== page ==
All that said, I’m still trying to parse my feelings on the resolution of Frank’s dalliance with Karen. The police track Frank down and arrest him, which he assumes is related to Eddie’s death, which it is, but only tangentially—the butch lesbian detective (this show loves its butch lesbians) is more interested in the infamous Daddyz Girl video. After questioning Karen, the detective releases Frank, after having admitted that she did sort of rape him. I’m confused on how to feel about this, mostly because I never really worked out how I felt about that incident initially. It was technically a rape perpetrated by Karen, but something about Sheila’s willingness to interpret it that way rubbed me the wrong way. Plus it was such a major event, all things considered, that this muffled explosion of a resolution didn’t seem fitting to me. Is Jody seriously never going to punch one of the Gallaghers?

Maybe Jody has too much on his plate, being a newlywed and all, as we found out this week that he and Karen quietly eloped, and plan to raise her baby together. The Lip, Karen, and Jody love triangle has been a slow burn for me. Only in this episode did the stakes of the situation for Lip become clear to me because now there’s a child involved. Before, it was a story of a confused kid who didn’t know how to handle it when his casual sex partner found someone who saw her and treated her as more than that. But now that Lip knows Karen is pregnant, it’s a story of a confused kid who desperately needs to insinuate himself in his child’s life so as not to end up like his father. The scene between Frank and Lip was fantastic too, as Frank’s “neglect is a gift” rationale made far more sense to me than I would have expected, and demonstrates again that as incorrigible as Frank is, he’s still enough of a human being at his core that he has to rationalize his behavior to himself. That’s an objective opinion though, of course, Lip sees his father as a superlative loser and would sooner die than wind up like him.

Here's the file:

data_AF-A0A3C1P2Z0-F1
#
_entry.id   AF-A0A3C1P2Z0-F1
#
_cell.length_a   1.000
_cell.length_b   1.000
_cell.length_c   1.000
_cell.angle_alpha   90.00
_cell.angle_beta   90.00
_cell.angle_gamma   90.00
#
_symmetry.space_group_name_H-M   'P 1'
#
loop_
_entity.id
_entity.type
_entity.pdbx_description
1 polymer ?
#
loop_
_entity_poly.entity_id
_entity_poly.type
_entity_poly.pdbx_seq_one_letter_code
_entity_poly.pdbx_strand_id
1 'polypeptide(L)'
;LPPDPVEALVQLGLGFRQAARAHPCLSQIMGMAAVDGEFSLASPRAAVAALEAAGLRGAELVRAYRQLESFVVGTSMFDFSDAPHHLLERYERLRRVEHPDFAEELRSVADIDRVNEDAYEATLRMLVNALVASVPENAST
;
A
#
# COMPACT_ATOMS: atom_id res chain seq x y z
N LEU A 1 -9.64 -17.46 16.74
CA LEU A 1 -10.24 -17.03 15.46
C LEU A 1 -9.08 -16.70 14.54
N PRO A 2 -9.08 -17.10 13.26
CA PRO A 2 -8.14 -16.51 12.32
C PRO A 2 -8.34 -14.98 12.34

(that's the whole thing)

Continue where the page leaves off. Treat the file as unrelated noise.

The smaller stories this week weren’t offensive, but didn’t completely work. I’m still really invested in Debbie’s journey into womanhood, though it drives me crazy that she’s chosen to focus on the irritating Little Hank. I also could have done without Kev and Veronica’s story, which felt incredibly stale, as it was beyond obvious that Kev had a perfectly reasonable explanation for the woman he was visiting. (Though Veronica’s erotic flashcard lesson was a sweet payoff to an otherwise inconsequential story.) The episode was a treasure trove of one-liners though, so kudos to writer Etan Frankel for cramming in so many zingers that even when the story wasn’t quite where I needed it to be, the dialogue always was.

Stray observations:

  • Etan Frankel is the pen name of the celebrated conceptual artist Nate LeKnarf. Fine, I made that up.
  • I’m still completely indifferent to Steve, apparently. His return didn’t feel to me the way I know it was supposed to feel. It was anti-climactic for me.
  • Not much Ian this week, save for the fight between him and Lip. Ian’s fury towards his brother didn’t make a ton of sense to me, but kids can be capricious.
  • I was happy about Sheila’s progress in curing her agoraphobia, as it meant she was about to be able to affect the story in a more dramatic way. Not sure where the landing gear setback leaves us.
  • After Mandy gives Debbie her makeover, Mr. Milkovitch says “Who’s your friend?” Gross. Even Frank sexing Dottie to death was funnier than that.
  • Malik got his dad to stab Ethel’s former husband in prison. I predict the second weirdest grounds for a breakup since Dwight euthanized Angela’s cat on The Office.
  • Debbie to Lip: “The heart wants what the heart wants. Do I have to explain that to you of all people?”
  • “Sheils, even Osama had to come out of his cave sometime.” “And look what happened to him.”
  • “If anybody offers you candy, that’s code for crack. Apple Jacks, Crunch ‘n’ Munch, hotcakes, jelly beans, fries, caviar, crackers, dip…all crack.”
  • “What does Holly Herkimer have that I don’t?” “Besides HPV?”
  • “Just remember, if you’re gonna sit on my face, I have that sinus thing.”